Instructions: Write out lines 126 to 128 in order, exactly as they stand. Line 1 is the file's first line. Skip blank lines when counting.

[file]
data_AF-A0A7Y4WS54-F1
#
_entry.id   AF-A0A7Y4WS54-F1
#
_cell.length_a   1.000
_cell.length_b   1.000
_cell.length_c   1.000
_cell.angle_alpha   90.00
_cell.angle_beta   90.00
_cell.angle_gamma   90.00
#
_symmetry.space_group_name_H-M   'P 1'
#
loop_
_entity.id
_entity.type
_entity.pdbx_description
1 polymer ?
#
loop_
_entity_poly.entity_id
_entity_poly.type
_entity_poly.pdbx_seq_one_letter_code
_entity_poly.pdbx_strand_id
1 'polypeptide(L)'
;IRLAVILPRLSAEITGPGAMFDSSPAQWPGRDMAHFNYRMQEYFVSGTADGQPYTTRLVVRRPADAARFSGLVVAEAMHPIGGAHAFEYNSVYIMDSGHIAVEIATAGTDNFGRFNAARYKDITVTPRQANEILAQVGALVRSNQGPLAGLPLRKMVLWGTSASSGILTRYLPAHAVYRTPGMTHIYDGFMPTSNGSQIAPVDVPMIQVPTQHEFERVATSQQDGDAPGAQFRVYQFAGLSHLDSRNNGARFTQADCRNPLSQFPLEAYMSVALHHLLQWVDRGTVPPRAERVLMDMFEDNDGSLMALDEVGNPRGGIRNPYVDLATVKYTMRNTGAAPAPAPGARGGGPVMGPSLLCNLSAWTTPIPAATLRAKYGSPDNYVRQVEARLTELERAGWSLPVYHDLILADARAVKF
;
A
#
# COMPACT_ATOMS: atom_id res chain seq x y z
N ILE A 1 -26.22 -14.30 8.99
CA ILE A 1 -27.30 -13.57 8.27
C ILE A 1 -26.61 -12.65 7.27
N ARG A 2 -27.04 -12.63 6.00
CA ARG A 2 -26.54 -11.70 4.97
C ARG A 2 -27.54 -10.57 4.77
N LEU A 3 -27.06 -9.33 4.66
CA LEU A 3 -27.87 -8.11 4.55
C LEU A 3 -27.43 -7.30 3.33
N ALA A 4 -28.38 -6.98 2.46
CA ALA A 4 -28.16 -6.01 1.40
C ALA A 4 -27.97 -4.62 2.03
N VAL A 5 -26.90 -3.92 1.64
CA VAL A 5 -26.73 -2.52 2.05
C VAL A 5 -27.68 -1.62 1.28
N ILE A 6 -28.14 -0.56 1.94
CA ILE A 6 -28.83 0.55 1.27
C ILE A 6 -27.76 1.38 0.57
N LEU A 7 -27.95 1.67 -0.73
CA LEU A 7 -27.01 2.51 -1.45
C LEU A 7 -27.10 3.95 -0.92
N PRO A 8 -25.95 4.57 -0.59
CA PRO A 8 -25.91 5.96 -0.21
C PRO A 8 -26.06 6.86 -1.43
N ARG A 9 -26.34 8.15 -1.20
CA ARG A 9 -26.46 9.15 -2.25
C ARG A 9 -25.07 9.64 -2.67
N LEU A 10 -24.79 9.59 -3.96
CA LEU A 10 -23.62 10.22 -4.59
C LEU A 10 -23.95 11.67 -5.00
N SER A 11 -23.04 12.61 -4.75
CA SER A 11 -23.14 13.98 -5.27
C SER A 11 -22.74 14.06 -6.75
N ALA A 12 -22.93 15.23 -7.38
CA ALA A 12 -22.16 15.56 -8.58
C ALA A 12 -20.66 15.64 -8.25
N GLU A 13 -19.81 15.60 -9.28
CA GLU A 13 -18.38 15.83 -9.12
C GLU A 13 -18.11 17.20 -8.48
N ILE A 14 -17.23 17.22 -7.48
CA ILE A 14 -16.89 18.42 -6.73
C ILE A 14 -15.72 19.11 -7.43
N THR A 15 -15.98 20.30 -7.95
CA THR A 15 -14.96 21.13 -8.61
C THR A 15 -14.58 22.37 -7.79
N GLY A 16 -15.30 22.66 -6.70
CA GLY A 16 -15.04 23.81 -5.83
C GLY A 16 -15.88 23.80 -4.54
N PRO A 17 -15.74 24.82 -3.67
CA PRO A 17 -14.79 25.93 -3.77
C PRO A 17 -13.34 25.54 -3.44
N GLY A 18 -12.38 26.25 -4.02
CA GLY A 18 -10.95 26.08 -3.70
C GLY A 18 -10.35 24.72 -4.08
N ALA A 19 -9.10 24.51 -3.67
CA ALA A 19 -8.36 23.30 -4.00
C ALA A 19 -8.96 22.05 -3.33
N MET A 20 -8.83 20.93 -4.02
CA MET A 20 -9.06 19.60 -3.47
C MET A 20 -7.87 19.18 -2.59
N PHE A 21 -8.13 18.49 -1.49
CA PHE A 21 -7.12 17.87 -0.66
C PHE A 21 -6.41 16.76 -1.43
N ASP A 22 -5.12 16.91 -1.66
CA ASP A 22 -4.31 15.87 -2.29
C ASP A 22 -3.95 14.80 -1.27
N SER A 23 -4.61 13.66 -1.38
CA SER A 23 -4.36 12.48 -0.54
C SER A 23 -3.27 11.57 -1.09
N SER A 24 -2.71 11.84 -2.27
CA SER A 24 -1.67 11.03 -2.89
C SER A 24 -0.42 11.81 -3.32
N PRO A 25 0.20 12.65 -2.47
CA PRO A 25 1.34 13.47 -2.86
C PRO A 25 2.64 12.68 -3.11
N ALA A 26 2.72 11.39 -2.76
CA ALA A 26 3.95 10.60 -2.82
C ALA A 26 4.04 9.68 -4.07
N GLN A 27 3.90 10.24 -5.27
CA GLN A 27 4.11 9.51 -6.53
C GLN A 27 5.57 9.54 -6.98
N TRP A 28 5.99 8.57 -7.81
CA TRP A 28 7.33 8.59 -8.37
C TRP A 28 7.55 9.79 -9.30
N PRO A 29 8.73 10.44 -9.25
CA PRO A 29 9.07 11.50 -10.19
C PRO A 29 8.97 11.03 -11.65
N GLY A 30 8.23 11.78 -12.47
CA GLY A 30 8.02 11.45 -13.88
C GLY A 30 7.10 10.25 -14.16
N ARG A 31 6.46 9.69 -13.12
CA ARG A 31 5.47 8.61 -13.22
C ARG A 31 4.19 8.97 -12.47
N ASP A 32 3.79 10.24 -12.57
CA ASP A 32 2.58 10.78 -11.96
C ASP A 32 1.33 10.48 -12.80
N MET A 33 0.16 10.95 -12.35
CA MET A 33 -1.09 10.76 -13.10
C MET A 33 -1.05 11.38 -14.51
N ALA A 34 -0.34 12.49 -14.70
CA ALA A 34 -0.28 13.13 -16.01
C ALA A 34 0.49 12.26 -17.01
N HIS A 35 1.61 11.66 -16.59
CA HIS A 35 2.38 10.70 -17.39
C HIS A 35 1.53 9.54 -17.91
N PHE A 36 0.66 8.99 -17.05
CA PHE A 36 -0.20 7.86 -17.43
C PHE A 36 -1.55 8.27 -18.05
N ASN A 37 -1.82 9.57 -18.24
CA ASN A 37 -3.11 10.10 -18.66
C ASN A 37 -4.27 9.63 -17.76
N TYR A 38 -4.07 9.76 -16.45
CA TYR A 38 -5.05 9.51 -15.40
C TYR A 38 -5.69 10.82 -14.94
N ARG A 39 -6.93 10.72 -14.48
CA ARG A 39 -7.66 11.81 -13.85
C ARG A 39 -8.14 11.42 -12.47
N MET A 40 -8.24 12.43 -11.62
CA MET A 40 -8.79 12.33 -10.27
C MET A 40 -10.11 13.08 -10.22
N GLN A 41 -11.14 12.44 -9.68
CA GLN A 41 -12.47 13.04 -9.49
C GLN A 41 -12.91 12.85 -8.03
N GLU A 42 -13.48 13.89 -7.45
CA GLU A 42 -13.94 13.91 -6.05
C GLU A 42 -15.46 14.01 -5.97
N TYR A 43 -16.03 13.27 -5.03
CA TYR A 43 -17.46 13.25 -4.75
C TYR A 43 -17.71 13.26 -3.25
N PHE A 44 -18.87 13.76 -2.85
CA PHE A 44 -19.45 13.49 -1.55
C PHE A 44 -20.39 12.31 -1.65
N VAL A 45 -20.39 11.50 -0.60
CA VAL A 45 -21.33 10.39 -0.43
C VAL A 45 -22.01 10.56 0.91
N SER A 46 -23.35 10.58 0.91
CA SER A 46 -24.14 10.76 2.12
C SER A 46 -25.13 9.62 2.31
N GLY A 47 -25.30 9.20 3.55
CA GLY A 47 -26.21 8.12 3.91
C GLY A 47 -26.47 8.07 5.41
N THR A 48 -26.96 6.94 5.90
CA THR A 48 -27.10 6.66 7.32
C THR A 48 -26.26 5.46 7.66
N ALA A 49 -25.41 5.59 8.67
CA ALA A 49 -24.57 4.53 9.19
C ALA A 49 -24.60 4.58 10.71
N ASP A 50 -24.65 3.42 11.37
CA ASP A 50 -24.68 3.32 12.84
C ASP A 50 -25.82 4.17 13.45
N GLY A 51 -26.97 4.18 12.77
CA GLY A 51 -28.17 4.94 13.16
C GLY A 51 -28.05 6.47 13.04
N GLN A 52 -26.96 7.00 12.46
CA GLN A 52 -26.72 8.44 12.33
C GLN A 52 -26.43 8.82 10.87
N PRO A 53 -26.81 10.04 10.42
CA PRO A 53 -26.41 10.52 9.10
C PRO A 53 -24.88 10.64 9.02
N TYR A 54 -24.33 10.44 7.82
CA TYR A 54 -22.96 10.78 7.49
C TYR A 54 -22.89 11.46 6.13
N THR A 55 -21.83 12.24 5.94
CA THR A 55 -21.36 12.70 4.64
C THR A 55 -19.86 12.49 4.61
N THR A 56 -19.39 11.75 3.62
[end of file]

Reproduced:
C ASP A 32 1.33 10.48 -12.80
N MET A 33 0.16 10.95 -12.35
CA MET A 33 -1.09 10.76 -13.10